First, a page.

By now you’ve either heard President Barack Obama channeling Robin Hood, or numerous TV stations and countless Internet sites weighing in on presumptive GOP Mitt Romney’s tax reform ideas.
Most pundits have used a report prepared by a relative newcomer on the think tank scene, the Tax Policy Center.
Obama maintains Romney is just looking out for “the rich.”
The president usually categorizes the rich as singles making $200k a year and that’s the bottom rung for the income tax hike Obama wants.
Now a top tax think tank has weighed in on Romney’s plan, pointing out some information most media omitted. Dr. William McBride provided a general analysis at The Tax Foundation, an organization founded in 1937.
Begin with an analogy “even a caveman” could understand:
“Imagine a society with 5 people, where the two richest people pay all the taxes, the middle person pays nothing, and the two poorest people actually have a negative tax rate, meaning the rich are paying them through the tax code. Then any cut in the tax rate will disproportionately benefit the rich guys. This is the federal income tax code, in a nutshell.”
The U.S. has a “progressive tax system.” As your income increases, you pay a higher share of taxes. Just for pretend purposes, imagine you took home $100 for a day’s work but a co-worker took home $200. If the two of you are taxed progressively, the $200 worker will hand over more of his earnings percentage-wise. That higher paid worker will even see some of the money he handed over go directly to the $100 worker.
When politicians talk about a “progressive” tax code, they aren’t alluding to a code that is enlightened—the term simply has to do with the amount you’re taxed.
What we actually have in the U.S. is a redistributive tax code, with the federal government opting to take money from one group of workers and hand it to another.
That is why any tax cut will disproportionately go to higher income earners—they’re already bearing the largest burden of taxes.
Redistribution of income by use of the tax code is now “at a record high,” said the Tax Foundation. McBride wrote:
“This is pretty exceptional from a global perspective. The OECD [Organisation for Economic Cooperation and Development] finds that we have the most progressive income tax system in the industrialized world. In this context, it is well past time to consider the costs and benefits of such an extremely progressive system.”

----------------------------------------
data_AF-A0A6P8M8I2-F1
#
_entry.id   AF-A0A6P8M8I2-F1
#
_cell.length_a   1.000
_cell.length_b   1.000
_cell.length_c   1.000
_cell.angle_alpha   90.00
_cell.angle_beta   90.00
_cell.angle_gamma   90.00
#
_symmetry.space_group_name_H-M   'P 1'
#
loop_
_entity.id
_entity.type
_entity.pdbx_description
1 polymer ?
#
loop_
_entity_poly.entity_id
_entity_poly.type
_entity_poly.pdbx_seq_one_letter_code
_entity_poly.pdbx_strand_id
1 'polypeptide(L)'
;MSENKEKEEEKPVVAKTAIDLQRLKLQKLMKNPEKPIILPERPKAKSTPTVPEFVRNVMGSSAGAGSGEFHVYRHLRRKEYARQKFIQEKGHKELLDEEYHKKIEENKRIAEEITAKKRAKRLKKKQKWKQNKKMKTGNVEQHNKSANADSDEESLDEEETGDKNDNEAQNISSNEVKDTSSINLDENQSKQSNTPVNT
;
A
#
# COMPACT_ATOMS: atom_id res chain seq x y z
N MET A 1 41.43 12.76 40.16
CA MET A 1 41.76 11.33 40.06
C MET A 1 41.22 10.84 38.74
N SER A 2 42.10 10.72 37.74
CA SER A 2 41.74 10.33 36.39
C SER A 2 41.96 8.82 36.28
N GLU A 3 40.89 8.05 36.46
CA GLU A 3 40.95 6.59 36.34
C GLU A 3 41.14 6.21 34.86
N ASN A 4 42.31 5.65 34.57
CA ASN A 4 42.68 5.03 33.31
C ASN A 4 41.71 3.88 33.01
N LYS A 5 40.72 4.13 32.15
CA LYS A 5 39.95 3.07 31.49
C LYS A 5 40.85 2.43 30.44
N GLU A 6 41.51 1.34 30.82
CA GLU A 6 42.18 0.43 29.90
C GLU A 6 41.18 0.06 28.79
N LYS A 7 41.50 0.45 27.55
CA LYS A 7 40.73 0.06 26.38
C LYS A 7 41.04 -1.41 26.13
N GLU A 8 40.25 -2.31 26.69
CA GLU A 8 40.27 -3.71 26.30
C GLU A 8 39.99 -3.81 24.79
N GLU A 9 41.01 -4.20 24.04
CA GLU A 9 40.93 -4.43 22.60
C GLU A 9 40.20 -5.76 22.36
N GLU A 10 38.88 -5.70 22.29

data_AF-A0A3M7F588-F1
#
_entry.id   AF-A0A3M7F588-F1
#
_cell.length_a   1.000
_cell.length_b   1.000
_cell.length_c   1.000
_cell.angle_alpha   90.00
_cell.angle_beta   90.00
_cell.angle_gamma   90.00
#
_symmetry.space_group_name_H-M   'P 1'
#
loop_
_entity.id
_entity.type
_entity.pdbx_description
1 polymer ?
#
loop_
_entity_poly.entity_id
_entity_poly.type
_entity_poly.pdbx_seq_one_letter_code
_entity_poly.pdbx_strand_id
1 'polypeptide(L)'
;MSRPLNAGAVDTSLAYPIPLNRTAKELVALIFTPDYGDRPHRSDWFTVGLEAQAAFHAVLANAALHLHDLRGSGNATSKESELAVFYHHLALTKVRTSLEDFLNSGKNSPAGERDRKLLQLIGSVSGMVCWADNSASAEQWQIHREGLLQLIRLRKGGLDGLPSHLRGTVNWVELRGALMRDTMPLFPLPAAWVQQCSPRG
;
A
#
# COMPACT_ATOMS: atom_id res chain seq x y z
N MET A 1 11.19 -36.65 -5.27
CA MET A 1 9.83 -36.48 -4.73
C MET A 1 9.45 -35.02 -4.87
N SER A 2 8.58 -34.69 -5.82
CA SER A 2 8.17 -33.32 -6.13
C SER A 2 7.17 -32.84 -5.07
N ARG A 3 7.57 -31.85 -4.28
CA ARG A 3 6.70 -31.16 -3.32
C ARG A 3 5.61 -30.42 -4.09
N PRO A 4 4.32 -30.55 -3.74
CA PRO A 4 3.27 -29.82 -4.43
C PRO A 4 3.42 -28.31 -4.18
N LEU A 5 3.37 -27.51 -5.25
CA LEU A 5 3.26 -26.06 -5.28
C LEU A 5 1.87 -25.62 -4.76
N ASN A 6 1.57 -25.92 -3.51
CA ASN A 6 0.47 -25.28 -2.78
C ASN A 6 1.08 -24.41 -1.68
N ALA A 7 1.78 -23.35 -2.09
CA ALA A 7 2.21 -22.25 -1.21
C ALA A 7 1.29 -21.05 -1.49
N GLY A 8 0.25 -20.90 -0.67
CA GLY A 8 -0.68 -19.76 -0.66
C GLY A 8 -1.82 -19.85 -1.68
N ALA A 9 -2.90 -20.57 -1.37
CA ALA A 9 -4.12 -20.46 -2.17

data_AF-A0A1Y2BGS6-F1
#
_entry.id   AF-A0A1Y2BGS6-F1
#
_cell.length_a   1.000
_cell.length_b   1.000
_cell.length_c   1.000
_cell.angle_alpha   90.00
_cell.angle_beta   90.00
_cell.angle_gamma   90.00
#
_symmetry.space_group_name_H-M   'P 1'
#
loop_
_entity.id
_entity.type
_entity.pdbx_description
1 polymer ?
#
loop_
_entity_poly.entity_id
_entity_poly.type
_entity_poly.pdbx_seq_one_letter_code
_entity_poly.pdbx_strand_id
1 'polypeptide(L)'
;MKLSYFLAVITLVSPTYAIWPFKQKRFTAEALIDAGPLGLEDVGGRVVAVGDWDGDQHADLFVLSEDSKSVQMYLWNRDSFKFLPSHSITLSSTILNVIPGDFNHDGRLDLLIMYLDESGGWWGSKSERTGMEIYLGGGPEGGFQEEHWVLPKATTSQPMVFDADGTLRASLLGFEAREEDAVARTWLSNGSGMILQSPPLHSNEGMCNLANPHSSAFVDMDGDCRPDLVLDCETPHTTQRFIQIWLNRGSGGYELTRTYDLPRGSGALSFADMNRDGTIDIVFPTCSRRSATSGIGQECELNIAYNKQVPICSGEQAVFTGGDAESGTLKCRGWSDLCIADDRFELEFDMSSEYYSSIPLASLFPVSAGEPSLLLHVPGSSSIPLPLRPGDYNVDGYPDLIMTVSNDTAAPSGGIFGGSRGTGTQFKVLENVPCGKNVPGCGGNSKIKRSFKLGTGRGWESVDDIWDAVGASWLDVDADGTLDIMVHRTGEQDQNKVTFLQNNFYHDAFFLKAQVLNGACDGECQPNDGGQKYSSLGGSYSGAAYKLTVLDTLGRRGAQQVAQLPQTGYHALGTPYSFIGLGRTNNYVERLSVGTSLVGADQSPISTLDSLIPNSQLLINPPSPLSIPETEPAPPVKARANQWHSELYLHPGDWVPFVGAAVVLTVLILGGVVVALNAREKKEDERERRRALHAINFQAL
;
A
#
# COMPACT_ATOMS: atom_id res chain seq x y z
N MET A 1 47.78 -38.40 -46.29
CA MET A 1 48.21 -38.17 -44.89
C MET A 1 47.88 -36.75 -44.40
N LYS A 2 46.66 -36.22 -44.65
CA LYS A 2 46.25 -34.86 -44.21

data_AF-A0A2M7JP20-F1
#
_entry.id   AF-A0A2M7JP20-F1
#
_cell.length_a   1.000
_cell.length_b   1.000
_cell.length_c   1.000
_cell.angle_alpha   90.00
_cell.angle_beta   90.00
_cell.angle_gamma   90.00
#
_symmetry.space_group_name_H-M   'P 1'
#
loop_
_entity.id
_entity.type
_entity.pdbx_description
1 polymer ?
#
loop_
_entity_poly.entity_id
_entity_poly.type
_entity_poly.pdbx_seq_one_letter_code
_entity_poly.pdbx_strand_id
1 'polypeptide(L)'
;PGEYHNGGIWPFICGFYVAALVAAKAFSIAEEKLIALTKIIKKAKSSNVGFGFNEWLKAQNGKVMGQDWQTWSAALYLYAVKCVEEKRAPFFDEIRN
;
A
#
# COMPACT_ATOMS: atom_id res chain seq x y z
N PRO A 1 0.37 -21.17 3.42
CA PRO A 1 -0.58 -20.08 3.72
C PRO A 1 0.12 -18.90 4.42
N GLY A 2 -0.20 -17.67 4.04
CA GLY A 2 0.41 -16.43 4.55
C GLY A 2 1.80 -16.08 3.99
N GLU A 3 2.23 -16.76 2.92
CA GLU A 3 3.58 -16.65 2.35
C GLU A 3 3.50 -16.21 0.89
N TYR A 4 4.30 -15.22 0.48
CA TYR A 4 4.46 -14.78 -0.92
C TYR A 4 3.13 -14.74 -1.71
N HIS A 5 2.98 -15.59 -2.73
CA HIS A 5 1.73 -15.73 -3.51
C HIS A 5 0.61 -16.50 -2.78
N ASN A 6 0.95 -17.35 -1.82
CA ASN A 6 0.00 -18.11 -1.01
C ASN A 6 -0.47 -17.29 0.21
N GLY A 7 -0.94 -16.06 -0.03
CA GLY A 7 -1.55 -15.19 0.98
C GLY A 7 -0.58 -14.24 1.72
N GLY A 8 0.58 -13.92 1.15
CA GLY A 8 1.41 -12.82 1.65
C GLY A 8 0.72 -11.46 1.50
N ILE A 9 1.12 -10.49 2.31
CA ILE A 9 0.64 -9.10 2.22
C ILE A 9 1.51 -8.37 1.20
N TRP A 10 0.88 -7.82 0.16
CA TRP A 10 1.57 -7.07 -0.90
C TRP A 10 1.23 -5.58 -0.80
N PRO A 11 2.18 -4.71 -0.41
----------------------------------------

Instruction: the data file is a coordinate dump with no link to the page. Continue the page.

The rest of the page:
It’s also important to point out what the Tax Policy Center admitted—making assumptions about how Romney’s plan would ensure “revenue neutrality.”
What we need to ask ourselves is why we have to be revenue neutral on tax breaks. Proponents of small government know that government grows power by accumulating wealth. Those who view the Constitution as a document that limits federal powers in the interest of assuring liberty know that a government as large as the present U.S. bureaucracy is, if history is our judge, a direct threat to individual liberty.
When Obama talks about tax breaks, he gives the impression that U.S. wealth is his to hand out in any manner he sees fit.
The poor and many in the lower middle class pay no income taxes. If you ask a person from that economic sector if he wants to give the government more of his money, the answer would likely be “No.”
Obviously tax reform is needed. If that doesn’t occur, the government will simply continue to expand its role in the private sector and the taxpayer picks up an ever-increasing tab.
Obama doesn’t explain the context of the tax code in his speeches. That’s understandable—he’s a politician who wants to be reelected. That’s why he doesn’t explain any benefits we could see from Romney’s ideas. McBride at The Tax Foundation said:
“TPC fails to acknowledge any of the benefits of Romney's plan, most pertinently that lower rates combined with a broader tax base should lead to significant economic growth. The benefits of such growth will benefit some more than others, but arguably the currently unemployed will receive the greatest benefit in the form of a job.”
Democrats have already imposed approximately 20 tax hikes between ObamaCare and hikes included in other bills. One example: the recent tax hike on roll-your-own-cigarette small businesses. That small biz tax hike was agreed to by Republicans who reached across the mythic aisle.
The Libertarian leaning Reason website explained why ObamaCare is the largest tax hike in U.S. history. Reason said:
“On page 19 of the 36-page PDF of the CBO’s [Congressional Budget Office] analysis of the ObamaCare law from when it was passed is a line that says “total revenues” from 2010 to 2019 and lists the number 525, which is the way people in government write $525,000,000,000 when they are trying to pass a $525,000,000,000 tax increase.”
Reason also pointed out what many fiscal conservatives already know—“ a $525 billion tax increase would indeed be the largest in American history, at least in nominal dollars. All of which makes President Obama’s latest campaign-season pose as a tax cutter seem even phonier than usual.”
Media have never quizzed Obama about the numerous specific tax hikes in ObamaCare.
The U.S. tax code had approximately 72,536 pages in 2011. Obama’s policy has and will increase the length and the bottom line is you can break the law and maybe not even know it.
After all, Obama’s Treasury secretary Tim Geithner and the Democrat congressman, Charles Rangel, who chaired the committee overseeing tax matters, broke the law and both claimed they didn’t know they did it. They’re not the only Democrats who dodged taxes.
A final thought—Robin Hood sounds good on paper until he shows up at your door wanting part of what you earned.
(Analysis by Kay B. Day/August 8, 2012)
Related at The US Report
Read more past articles at The US Report about taxes.